It is not however the national road pricing system (or the ID scheme, or the Children's Index, or any of dozens of other schemes) that is of itself evil and must be stopped. The difficulties arise from the interaction of two philosophies. At the government end, data gathering and sharing is seen unquestionably as A Good Thing, and to this end a growing list of security operatives and local and national government officials gain the ability to share your data because it's in your interest (and what have you got to hide?). But don't worry, they only act on this data if it's important that they do - 'trust me, I'm a borough surveyor.' Absolute rights to privacy are seen as old-fashioned, an obstruction to the deployment of the technology that is going to make our lives so much better.
Meanwhile as a publicly-stated (repeatedly) cornerstone of its IT strategy the Police Service intends to broaden and deepen its acquisition and use of data ("develop links to further databases"), and in the name of fighting crime and terrorism, or improving road safety, the safeguards exception will always apply to them. The ultimate effect of this can be visualised with the aid of some Boys-in-Blue-Skying in section 4 of Denying Criminals the Use of the Roads, "A day in the life of ANPR - how it could look." Is it worse that this is how they think it will look, or that they think it's a good thing that it will look like this? You decide.
ANPR is to the fore in the fictional town of Sandford, ACPO tells us. "Sandford had the foresight to invest in the extensive Local Authority CCTV scheme, as part of its CDRP [Crime & Disorder Partnership] strategy. This involved ensuring the scheme was ANPR enabled and paying for half a dozen extra cameras to cover some key routes into the town. Sandford has also benefited from force level links with the Highways Agency, which means that ANPR read data is available about vehicles travelling on the nearby motorway. Chief Superintendent Jones has also pooled investment with his adjoining division. This has allowed them to cover some key back routes between the two, regularly used by criminals, with a number of strategically located ANPR cameras. As these have infrared capability, they provide intelligence 24 hours a day."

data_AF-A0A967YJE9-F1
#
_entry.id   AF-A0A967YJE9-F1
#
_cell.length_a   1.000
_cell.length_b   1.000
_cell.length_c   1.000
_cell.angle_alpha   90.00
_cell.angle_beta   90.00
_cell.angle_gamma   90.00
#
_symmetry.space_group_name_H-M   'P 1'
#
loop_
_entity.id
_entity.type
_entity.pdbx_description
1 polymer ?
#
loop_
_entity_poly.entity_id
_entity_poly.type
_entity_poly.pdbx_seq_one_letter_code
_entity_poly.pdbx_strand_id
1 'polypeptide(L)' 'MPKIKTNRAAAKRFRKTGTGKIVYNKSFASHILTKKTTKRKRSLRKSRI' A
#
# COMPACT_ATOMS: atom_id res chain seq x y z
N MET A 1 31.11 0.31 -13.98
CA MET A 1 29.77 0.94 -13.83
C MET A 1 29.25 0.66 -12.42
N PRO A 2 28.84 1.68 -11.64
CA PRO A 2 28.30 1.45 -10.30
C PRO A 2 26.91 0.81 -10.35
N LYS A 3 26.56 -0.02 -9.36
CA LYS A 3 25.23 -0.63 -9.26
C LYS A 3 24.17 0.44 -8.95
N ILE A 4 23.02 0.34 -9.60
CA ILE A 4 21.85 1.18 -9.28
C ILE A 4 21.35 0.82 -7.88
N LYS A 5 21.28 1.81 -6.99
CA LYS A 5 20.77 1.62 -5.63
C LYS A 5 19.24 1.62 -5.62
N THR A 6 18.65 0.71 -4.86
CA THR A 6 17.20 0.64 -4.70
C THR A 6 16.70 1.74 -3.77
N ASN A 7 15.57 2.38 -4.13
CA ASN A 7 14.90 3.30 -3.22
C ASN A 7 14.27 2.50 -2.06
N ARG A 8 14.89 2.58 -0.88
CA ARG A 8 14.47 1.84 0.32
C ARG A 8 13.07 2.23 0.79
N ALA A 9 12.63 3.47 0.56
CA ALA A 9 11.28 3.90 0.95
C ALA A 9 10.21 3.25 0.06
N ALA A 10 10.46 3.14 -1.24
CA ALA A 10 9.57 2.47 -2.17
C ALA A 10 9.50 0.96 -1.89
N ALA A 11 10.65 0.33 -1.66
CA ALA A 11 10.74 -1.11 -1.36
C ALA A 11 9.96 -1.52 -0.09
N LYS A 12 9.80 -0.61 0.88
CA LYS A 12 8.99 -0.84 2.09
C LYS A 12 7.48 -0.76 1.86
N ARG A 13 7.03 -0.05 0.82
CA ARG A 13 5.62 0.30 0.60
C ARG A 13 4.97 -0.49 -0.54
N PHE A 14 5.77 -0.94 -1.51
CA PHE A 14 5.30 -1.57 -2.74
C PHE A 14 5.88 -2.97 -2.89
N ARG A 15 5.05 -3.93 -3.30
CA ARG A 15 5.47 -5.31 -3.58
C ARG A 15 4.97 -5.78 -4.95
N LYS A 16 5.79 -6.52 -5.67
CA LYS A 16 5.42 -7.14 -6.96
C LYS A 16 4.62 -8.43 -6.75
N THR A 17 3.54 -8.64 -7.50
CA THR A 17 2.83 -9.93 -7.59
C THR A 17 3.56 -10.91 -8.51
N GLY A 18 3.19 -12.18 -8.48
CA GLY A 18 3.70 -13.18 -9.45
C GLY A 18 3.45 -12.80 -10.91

This allows some interesting databases to interact. For example, continues Jones, "We recently linked into the ANPR system of over 40 of our garage forecourts. They benefit from our intelligence telling them which vehicles to take payment from before they serve them. In return, we get a considerable reduction in forecourt crime, more intelligence on vehicle movements and confirmation of the identities of those using the cars."
Unhappily, Jones doesn't explain how Sandford nick knows whether or not customers are going to pay, nor does he say how the reactions of the lucky victims are managed by the unfortunate cashiers. On which subject, according to his colleague, DI Williams, "We expect to gain about £50,000 income this year from hypothecation of ANPR fixed penalty tickets under Project Laser 3. We have already invested that income in a full time Intelligence Researcher, an extra part time Inputter, as well contributing half a post to the force Central Ticket Office."
Over at serious crimes, DCI McKinnon says ANPR has revolutionised reactive crime investigation. "For example, following a recent murder, targeted enquiries with witnesses identified from ANPR reads as being in the area during the material times not only saved considerable time and resources compared to the old road check methods, it was more accurate and identified two key witnesses. Most important of all it also provided crucial evidence as to the time, date, location and direction of travel of the prime suspect’s vehicle. Her CID use it regularly."
This process, just in case you failed to notice, will have involved going through all of the vehicle movement records for a specific time in a specific area, then identifying and contacting drivers who were in the vicinity at the time of the crime. Over at the ANPR intercept team, PC Brown points out that high speed chases are now needed less frequently, because the CCTV system in Sandford allows them to "use the traffic control system to change traffic lights and block the target vehicles in traffic." Congestion as a crime-fighting weapon - splendid. Much, much more can be found in the full document. ®